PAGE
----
Lee wave

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lee wave

  1. Any wave disturbance that is caused by, and is therefore stationary with respect to, some barrier in the fluid flow.

    Whether the wave is a gravity wave, inertia wave, barotropic wave, etc., will depend on the structure of the fluid and the dimensions of the barrier. Most research has been devoted to the gravity lee wave (mountain wave) in the atmosphere, of wavelength of order
    ams2001glos-Le13
    where V is the current speed, T the Kelvin temperature, g the acceleration of gravity, and γd and γ the dry-adiabatic and environmental lapse rates, respectively. This is the wave that is evident in lenticular or Moazagotl cloud systems and is strikingly exemplified in the Bishop wave. Dynamically, the lee wave is the sum of the free waves of the system and those wave components forced by the particular shape of the barrier. The disturbance is, in general, negligible at any distance upstream of the barrier, a result that follows from the dynamics when the system is started from rest, but a point that requires special attention when the steady-state assumption is made. The term lee wave is also applied loosely to nonwave disturbances in the lee of obstacles, such as the rotor cloud.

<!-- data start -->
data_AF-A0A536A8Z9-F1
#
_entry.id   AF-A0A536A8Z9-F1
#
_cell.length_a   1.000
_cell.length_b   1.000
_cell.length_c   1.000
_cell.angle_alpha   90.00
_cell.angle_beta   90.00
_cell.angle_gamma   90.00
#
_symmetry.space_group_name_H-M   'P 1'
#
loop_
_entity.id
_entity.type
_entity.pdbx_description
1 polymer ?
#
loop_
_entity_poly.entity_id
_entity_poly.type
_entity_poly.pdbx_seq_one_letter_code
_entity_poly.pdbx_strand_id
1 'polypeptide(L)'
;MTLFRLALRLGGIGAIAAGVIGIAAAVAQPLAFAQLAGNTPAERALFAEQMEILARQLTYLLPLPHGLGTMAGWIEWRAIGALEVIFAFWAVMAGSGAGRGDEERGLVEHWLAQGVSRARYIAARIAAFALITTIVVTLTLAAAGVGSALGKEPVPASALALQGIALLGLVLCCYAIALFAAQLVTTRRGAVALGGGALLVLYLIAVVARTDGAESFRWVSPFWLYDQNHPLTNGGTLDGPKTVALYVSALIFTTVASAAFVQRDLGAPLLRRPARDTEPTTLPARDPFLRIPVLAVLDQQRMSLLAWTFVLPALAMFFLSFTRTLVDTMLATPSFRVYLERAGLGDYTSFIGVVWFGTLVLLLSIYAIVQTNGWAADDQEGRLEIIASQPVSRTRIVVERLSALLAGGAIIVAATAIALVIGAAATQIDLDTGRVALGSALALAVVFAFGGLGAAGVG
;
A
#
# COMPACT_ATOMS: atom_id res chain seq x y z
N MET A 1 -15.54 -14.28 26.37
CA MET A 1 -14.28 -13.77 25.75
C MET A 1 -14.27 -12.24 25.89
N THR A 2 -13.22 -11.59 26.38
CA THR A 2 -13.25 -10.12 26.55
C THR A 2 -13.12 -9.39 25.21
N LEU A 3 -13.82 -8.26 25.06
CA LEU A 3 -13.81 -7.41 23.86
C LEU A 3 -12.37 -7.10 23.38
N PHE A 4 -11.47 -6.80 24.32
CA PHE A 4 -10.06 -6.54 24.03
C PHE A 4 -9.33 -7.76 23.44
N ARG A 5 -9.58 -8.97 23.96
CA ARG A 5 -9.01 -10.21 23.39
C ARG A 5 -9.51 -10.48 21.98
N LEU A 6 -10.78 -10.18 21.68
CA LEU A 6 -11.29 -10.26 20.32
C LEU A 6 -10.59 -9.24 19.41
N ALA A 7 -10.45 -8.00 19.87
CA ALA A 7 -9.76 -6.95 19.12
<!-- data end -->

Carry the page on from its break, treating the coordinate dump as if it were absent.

2. A mountain wave occurring to the lee of a mountain or mountain barrier.

    These waves can become visible in the form of lenticular or trapped lee-wave clouds.

    Eliassen, A., and E. Kleinschmidt 1957. Dynamic Meteorology. Handbuch der Geophysik. Vol. XLVIII, . 59– 64.

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